|Publication number||US5859981 A|
|Application number||US 08/678,085|
|Publication date||Jan 12, 1999|
|Filing date||Jul 11, 1996|
|Priority date||Jul 12, 1995|
|Also published as||WO1997003527A2, WO1997003527A3, WO1997003527B1|
|Publication number||08678085, 678085, US 5859981 A, US 5859981A, US-A-5859981, US5859981 A, US5859981A|
|Inventors||Vladimir K. Levin, Vjacheslav V. Karatanov, Valerii V. Jalin, Alexandr Titov, Vjacheslav M. Agejev, Andrei Patrikeev, Sergei V. Jablonsky, Victor V. Korneev, Andrei I. Massalovitch, Alexei O. Lacis, Alexei V. Zabrodin|
|Original Assignee||Super P.C., L.L.C.|
|Export Citation||BiBTeX, EndNote, RefMan|
|Patent Citations (23), Non-Patent Citations (18), Referenced by (103), Classifications (16), Legal Events (8)|
|External Links: USPTO, USPTO Assignment, Espacenet|
This application is a formal application of a part of the Provisional Application filed on Jul. 12, 1995 and assigned Ser. No. 60/001,072.
The present invention relates generally to parallel computer processing systems, and more particularly, to a deadlock-free message passing system for multiple-instruction, multiple-data (MIMD) parallel computer processing systems utilizing a communicating sequential process (CSP) programming model.
Parallel computer processing systems are well known and are typically divided into two basic types, single-instruction, multiple-data (SIMD) systems and multiple-instruction, multiple-data (MIMD) systems. SIMD systems use multiple processing elements which are linked together to execute the same instruction on different data points so that the same task is accomplished simultaneously on all of the different data points. A classic example of an SIMD system is an image processing system where multiple processing elements each use the same instructions to simultaneously process different pixel points in an image. MIMD systems also have multiple processing elements which are linked together, but each processing element is executes a different set of instructions on different data values. In this way, a MIMD system can split up different segments of instructions necessary to solve a problem and execute these different segments simultaneously to increase the speed at which the problem is solved.
SIMD systems typically use a central controller to disseminate the single instruction being executed and to coordinate multi-transfer of information among the processing elements. In contrast, MIMD systems use either a shared memory model or message passing model to coordinate the various processing elements and communicate information among them. In the shared memory model, each processing element has access to a common memory used for storing data and control flags which are used to communicate information and coordinate the processing elements. In contrast, each processing element in the message passing model has only its own distributed, local memory and all communication among processing elements occurs via messages passed along a series of connection links between processing elements.
One of the key trade-offs in designing message passing systems for MIMD computer systems is the manner in which processing elements are connected. Obviously, if every processing element is directly and singularly connected to every other processing element, the speed at which messages can be passed is maximized because each message takes only one hop time to move from one processing element to another. The disadvantage with such an all-to-all connection scheme is that, as the number of processing elements increases, the number of connections required grows geometrically and quickly becomes impractical to implement. At the other extreme, if every processing element were connected to one common connection network, such as a single bus, then messages would still take only one hop time to transfer between processing elements, but only one pair of processing elements could communicate with each other at any given time. To solve these connection problems for massively parallel MIMD computer processing systems, having large numbers of message passing processing elements, two general types of connection schemes have been developed: two-dimensional and n-dimensional grid networks.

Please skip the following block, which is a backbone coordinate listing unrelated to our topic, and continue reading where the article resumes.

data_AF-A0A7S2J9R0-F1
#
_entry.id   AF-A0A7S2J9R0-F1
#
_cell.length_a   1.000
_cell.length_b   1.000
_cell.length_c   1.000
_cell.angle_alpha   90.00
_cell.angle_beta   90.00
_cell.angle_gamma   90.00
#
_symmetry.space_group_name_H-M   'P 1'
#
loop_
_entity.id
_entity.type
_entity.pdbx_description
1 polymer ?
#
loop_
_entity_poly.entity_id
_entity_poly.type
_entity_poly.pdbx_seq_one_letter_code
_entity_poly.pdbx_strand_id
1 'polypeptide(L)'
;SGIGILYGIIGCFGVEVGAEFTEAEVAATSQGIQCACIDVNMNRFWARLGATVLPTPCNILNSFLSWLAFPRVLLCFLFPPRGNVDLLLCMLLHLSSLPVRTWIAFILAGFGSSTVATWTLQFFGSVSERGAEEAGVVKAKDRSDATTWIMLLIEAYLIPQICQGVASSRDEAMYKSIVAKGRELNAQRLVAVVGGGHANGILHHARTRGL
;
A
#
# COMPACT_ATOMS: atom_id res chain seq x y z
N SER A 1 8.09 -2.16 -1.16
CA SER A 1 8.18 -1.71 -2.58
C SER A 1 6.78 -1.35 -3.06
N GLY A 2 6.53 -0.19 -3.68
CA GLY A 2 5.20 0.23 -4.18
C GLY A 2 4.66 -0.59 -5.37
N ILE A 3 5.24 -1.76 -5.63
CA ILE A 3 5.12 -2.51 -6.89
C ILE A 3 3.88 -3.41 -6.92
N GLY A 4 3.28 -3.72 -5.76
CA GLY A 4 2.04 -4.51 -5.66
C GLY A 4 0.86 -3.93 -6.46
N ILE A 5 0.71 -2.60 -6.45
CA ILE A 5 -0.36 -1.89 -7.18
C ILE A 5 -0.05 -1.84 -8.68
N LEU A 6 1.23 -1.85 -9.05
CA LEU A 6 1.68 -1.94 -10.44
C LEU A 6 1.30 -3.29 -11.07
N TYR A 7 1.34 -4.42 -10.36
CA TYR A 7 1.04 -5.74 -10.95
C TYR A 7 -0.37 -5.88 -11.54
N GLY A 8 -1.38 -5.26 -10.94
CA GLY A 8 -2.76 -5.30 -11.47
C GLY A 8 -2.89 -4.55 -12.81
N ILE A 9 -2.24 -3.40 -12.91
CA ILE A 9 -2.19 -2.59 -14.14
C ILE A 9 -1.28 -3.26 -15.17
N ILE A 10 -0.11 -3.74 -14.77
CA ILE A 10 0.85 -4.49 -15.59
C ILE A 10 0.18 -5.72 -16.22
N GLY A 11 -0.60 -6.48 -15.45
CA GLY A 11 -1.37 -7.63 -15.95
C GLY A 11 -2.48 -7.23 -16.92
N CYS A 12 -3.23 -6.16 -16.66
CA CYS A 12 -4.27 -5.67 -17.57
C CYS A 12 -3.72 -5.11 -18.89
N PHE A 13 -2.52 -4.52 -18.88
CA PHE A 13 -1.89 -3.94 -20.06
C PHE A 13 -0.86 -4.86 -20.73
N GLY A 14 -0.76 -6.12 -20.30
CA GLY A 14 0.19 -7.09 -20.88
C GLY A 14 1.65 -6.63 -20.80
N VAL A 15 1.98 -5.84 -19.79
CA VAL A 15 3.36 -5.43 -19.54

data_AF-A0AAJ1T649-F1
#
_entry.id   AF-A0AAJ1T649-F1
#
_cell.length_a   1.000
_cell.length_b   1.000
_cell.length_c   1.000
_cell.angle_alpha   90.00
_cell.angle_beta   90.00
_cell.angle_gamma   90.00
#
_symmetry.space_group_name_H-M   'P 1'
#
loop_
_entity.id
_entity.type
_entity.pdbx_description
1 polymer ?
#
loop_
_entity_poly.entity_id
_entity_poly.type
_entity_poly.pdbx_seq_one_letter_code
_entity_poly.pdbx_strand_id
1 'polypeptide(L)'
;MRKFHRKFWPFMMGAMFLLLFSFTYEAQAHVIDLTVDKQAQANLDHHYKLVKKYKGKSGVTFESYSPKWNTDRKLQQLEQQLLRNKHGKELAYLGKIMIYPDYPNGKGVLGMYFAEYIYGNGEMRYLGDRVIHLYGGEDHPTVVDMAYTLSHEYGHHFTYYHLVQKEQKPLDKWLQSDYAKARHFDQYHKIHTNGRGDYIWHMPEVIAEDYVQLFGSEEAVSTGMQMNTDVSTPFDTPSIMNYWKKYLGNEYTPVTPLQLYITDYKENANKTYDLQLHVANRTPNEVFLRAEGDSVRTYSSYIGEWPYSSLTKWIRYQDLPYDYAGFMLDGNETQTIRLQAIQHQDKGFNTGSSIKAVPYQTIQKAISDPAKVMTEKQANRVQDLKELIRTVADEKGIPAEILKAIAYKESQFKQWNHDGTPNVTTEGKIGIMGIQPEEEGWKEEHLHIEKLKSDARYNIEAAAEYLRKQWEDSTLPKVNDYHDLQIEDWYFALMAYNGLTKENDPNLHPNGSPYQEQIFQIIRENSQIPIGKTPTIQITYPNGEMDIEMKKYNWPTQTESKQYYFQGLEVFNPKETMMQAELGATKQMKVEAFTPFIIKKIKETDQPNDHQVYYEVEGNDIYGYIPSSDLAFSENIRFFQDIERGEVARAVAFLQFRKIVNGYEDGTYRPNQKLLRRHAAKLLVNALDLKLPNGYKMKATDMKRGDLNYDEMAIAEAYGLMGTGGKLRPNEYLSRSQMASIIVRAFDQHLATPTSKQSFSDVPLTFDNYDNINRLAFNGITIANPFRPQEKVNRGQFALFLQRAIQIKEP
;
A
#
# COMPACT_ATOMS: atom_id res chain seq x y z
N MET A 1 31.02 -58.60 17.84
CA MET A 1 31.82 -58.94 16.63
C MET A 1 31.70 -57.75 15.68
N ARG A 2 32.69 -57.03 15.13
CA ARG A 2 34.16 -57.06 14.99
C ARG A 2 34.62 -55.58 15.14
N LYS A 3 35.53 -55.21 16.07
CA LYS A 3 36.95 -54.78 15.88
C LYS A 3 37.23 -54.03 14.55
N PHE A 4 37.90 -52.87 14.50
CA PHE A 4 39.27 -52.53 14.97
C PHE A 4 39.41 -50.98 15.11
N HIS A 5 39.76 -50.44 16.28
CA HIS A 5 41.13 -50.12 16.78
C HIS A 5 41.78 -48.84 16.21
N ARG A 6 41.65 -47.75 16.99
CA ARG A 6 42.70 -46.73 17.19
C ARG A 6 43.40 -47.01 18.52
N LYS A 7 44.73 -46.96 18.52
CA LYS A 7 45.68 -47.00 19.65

In a two-dimensional grid network, all of the processing elements or nodes are directly connected in a regular pattern to four other adjacent processing elements (e.g., left, right, up and down), and messages are routed through this message passing network from a sending node to a receiving node by having each node receive messages and, if the message is not for that node, sending the message on to one of the other adjacent nodes. Examples of a two-dimensional grid networks include the Transputer® systems developed by Inmos Ltd, Bristol, England, as described in U.S. Pat. Nos. 4,692,861, 4,783,734 and 5,243,698 and the massively parallel array processing system developed by Digital Equipment Corp., Maynard, Mass., as described in U.S. Pat. Nos. 4,985,832 and 5,276,895.
In an n-dimensional grid network, all of the processing elements or nodes are directly connected in a regular pattern to six or more other processing elements. In essence, an n-dimensional grid network is similar to a two-dimensional grid network, only the number of dimensions in the network has been increased. Examples of n-dimensional grid networks include the hypercube networks developed by nCUBE Corp., Foster City, Calif., as described in U.S. Pat. Nos. 5,113,523 and 5,367,636, and by Thinking Machines Corp., Cambridge, Mass., as described in U.S. Pat. Nos. 5,152,000 and 5,367,692, as well as the hexagonal mesh network developed by the University of Michigan, as described in U.S. Pat. No. 5,101,480.